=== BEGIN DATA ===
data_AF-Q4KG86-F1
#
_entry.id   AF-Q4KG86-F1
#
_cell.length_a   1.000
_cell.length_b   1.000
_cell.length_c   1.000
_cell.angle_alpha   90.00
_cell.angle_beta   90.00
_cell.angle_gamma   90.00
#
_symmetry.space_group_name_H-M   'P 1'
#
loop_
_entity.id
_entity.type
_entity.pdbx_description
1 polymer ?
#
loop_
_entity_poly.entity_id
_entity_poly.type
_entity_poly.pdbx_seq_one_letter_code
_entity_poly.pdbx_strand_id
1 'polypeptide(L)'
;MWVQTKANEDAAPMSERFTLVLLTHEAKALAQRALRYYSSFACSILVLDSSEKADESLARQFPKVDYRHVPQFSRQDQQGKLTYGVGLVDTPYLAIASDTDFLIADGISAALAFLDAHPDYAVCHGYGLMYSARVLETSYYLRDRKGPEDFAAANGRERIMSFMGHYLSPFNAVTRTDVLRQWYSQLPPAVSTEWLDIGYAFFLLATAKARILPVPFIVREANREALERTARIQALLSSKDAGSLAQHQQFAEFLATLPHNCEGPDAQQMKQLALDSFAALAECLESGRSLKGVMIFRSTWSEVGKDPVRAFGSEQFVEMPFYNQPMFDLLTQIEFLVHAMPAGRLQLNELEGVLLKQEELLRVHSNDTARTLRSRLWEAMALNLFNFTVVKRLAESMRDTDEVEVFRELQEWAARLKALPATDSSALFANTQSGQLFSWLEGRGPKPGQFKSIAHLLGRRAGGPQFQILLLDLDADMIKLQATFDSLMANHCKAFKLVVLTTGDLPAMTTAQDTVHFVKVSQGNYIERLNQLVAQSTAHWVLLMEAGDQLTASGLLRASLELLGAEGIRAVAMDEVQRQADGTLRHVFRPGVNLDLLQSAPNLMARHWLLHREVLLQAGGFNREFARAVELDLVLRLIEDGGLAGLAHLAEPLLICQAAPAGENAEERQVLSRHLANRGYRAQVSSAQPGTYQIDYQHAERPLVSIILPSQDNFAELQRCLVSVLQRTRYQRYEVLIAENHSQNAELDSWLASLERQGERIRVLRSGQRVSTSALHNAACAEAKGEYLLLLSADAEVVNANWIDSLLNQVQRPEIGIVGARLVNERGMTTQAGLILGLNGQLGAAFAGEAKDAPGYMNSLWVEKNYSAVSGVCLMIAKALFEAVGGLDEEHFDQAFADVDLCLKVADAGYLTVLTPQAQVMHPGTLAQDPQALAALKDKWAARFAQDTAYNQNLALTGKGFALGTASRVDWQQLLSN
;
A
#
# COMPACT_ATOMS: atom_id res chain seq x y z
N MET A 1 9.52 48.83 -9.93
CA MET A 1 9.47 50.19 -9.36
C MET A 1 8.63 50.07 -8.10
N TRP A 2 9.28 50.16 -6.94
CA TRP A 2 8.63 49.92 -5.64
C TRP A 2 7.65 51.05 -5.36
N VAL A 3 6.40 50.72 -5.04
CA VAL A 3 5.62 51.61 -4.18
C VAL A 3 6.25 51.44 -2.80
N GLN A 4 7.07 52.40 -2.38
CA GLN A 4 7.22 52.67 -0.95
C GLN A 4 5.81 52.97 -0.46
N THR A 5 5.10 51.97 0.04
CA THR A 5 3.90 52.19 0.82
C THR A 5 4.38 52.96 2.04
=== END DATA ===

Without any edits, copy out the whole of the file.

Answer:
data_AF-Q4KG86-F1
#
_entry.id   AF-Q4KG86-F1
#
_cell.length_a   1.000
_cell.length_b   1.000
_cell.length_c   1.000
_cell.angle_alpha   90.00
_cell.angle_beta   90.00
_cell.angle_gamma   90.00
#
_symmetry.space_group_name_H-M   'P 1'
#
loop_
_entity.id
_entity.type
_entity.pdbx_description
1 polymer ?
#
loop_
_entity_poly.entity_id
_entity_poly.type
_entity_poly.pdbx_seq_one_letter_code
_entity_poly.pdbx_strand_id
1 'polypeptide(L)'
;MWVQTKANEDAAPMSERFTLVLLTHEAKALAQRALRYYSSFACSILVLDSSEKADESLARQFPKVDYRHVPQFSRQDQQGKLTYGVGLVDTPYLAIASDTDFLIADGISAALAFLDAHPDYAVCHGYGLMYSARVLETSYYLRDRKGPEDFAAANGRERIMSFMGHYLSPFNAVTRTDVLRQWYSQLPPAVSTEWLDIGYAFFLLATAKARILPVPFIVREANREALERTARIQALLSSKDAGSLAQHQQFAEFLATLPHNCEGPDAQQMKQLALDSFAALAECLESGRSLKGVMIFRSTWSEVGKDPVRAFGSEQFVEMPFYNQPMFDLLTQIEFLVHAMPAGRLQLNELEGVLLKQEELLRVHSNDTARTLRSRLWEAMALNLFNFTVVKRLAESMRDTDEVEVFRELQEWAARLKALPATDSSALFANTQSGQLFSWLEGRGPKPGQFKSIAHLLGRRAGGPQFQILLLDLDADMIKLQATFDSLMANHCKAFKLVVLTTGDLPAMTTAQDTVHFVKVSQGNYIERLNQLVAQSTAHWVLLMEAGDQLTASGLLRASLELLGAEGIRAVAMDEVQRQADGTLRHVFRPGVNLDLLQSAPNLMARHWLLHREVLLQAGGFNREFARAVELDLVLRLIEDGGLAGLAHLAEPLLICQAAPAGENAEERQVLSRHLANRGYRAQVSSAQPGTYQIDYQHAERPLVSIILPSQDNFAELQRCLVSVLQRTRYQRYEVLIAENHSQNAELDSWLASLERQGERIRVLRSGQRVSTSALHNAACAEAKGEYLLLLSADAEVVNANWIDSLLNQVQRPEIGIVGARLVNERGMTTQAGLILGLNGQLGAAFAGEAKDAPGYMNSLWVEKNYSAVSGVCLMIAKALFEAVGGLDEEHFDQAFADVDLCLKVADAGYLTVLTPQAQVMHPGTLAQDPQALAALKDKWAARFAQDTAYNQNLALTGKGFALGTASRVDWQQLLSN
;
A
#
# COMPACT_ATOMS: atom_id res chain seq x y z
N MET A 1 9.52 48.83 -9.93
CA MET A 1 9.47 50.19 -9.36
C MET A 1 8.63 50.07 -8.10
N TRP A 2 9.28 50.16 -6.94
CA TRP A 2 8.63 49.92 -5.64
C TRP A 2 7.65 51.05 -5.36
N VAL A 3 6.40 50.72 -5.04
CA VAL A 3 5.62 51.61 -4.18
C VAL A 3 6.25 51.44 -2.80
N GLN A 4 7.07 52.40 -2.38
CA GLN A 4 7.22 52.67 -0.95
C GLN A 4 5.81 52.97 -0.46
N THR A 5 5.10 51.97 0.04
CA THR A 5 3.90 52.19 0.82
C THR A 5 4.38 52.96 2.04